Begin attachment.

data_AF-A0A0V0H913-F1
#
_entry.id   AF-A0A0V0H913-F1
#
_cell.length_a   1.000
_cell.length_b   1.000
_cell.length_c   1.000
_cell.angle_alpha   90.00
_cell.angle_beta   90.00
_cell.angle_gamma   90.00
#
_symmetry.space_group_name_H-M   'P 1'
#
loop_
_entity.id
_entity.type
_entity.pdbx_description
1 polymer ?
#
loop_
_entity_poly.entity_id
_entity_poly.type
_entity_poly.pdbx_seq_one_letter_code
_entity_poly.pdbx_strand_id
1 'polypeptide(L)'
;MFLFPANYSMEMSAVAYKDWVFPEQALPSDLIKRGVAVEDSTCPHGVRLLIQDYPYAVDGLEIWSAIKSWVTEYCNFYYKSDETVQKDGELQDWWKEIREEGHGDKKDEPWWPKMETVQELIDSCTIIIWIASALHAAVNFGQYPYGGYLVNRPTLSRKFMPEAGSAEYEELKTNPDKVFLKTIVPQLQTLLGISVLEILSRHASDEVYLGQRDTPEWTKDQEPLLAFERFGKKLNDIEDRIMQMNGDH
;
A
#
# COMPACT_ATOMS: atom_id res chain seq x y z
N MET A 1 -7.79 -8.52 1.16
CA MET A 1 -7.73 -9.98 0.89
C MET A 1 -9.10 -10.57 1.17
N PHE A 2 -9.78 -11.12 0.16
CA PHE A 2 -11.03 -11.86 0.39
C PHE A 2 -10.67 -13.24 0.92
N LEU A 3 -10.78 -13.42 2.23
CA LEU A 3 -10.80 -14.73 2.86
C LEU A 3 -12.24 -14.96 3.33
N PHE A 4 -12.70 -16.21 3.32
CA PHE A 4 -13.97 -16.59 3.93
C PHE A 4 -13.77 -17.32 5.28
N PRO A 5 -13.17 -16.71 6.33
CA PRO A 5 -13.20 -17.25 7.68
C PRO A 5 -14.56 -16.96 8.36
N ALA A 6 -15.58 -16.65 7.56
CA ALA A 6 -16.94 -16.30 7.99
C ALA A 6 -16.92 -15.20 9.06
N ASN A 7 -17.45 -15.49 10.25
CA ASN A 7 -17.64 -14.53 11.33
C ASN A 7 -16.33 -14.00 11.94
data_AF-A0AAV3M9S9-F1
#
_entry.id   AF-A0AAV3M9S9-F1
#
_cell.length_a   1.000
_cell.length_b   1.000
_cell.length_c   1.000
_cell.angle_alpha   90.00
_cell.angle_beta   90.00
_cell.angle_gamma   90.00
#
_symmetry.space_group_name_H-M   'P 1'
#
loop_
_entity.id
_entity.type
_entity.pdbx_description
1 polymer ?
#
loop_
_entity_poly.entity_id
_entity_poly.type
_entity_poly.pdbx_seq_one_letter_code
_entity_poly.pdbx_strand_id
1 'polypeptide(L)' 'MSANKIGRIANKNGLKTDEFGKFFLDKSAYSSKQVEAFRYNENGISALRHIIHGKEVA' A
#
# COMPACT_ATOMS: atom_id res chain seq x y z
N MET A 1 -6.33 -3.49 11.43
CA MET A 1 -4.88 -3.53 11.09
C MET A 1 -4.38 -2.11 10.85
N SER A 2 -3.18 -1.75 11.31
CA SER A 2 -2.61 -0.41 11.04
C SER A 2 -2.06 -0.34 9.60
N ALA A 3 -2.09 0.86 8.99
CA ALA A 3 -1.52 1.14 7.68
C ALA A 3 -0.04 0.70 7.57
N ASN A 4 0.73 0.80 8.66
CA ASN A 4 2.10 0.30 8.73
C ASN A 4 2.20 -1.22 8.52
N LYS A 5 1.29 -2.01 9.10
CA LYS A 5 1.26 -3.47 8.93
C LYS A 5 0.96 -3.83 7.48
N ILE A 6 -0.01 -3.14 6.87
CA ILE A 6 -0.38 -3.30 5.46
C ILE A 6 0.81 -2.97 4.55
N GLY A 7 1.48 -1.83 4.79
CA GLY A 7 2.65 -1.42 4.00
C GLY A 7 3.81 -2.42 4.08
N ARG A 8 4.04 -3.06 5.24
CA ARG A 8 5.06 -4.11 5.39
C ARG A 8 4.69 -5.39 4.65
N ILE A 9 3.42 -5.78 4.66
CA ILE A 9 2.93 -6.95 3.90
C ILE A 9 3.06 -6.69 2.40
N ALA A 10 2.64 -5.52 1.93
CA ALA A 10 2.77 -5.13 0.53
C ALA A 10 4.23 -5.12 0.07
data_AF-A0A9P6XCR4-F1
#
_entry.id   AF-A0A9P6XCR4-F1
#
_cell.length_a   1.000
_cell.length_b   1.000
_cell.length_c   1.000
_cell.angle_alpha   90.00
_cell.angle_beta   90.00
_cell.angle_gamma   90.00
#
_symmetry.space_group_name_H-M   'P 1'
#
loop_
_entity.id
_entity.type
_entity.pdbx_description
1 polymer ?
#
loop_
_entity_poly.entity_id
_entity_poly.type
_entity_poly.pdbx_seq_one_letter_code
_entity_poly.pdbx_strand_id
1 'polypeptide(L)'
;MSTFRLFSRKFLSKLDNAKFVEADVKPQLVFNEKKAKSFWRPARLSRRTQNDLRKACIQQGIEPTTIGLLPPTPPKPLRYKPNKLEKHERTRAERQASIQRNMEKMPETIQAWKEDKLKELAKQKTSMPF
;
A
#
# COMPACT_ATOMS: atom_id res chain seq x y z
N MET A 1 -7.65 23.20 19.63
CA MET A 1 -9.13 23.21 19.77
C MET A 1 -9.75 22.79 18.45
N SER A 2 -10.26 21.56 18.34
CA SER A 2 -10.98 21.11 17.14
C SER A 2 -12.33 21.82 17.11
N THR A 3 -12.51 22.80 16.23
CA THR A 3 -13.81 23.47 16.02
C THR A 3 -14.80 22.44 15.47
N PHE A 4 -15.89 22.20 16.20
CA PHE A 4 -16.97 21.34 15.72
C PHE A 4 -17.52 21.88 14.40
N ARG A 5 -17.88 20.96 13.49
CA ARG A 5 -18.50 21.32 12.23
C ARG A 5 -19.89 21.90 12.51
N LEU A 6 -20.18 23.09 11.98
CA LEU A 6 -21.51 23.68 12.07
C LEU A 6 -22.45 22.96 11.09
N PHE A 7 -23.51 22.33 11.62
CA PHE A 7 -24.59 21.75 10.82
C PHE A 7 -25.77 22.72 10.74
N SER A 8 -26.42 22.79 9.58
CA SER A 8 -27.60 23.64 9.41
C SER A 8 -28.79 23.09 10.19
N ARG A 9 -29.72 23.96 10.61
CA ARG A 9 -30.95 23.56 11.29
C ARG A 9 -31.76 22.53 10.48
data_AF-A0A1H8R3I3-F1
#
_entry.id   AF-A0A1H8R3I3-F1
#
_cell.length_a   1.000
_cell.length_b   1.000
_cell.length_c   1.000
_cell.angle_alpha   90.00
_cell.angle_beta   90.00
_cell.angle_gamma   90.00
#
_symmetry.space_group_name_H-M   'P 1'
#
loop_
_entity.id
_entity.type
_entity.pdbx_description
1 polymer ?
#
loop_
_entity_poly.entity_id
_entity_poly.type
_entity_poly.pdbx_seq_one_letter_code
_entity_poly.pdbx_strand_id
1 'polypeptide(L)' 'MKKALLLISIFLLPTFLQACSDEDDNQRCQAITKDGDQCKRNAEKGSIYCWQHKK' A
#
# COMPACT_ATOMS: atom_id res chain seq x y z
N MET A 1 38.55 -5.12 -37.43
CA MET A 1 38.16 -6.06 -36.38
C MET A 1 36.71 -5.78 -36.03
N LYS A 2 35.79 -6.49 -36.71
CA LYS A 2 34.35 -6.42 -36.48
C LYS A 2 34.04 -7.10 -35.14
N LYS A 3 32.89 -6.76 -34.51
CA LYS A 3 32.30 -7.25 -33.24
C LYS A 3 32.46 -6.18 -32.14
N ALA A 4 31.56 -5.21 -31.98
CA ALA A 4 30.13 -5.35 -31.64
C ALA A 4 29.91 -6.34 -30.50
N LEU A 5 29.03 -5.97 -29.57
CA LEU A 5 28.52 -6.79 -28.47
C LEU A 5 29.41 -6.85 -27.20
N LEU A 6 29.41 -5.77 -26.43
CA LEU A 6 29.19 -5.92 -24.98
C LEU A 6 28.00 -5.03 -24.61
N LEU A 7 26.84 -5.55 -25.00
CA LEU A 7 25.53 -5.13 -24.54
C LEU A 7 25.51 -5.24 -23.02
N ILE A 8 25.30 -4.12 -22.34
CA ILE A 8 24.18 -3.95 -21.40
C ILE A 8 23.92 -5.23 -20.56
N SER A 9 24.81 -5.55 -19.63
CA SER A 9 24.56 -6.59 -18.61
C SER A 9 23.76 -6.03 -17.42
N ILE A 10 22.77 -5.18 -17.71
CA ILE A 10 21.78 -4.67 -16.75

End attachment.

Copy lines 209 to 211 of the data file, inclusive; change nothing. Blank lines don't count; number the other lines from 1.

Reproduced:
CA LEU A 6 29.19 -5.92 -24.98
C LEU A 6 28.00 -5.03 -24.61
N LEU A 7 26.84 -5.55 -25.00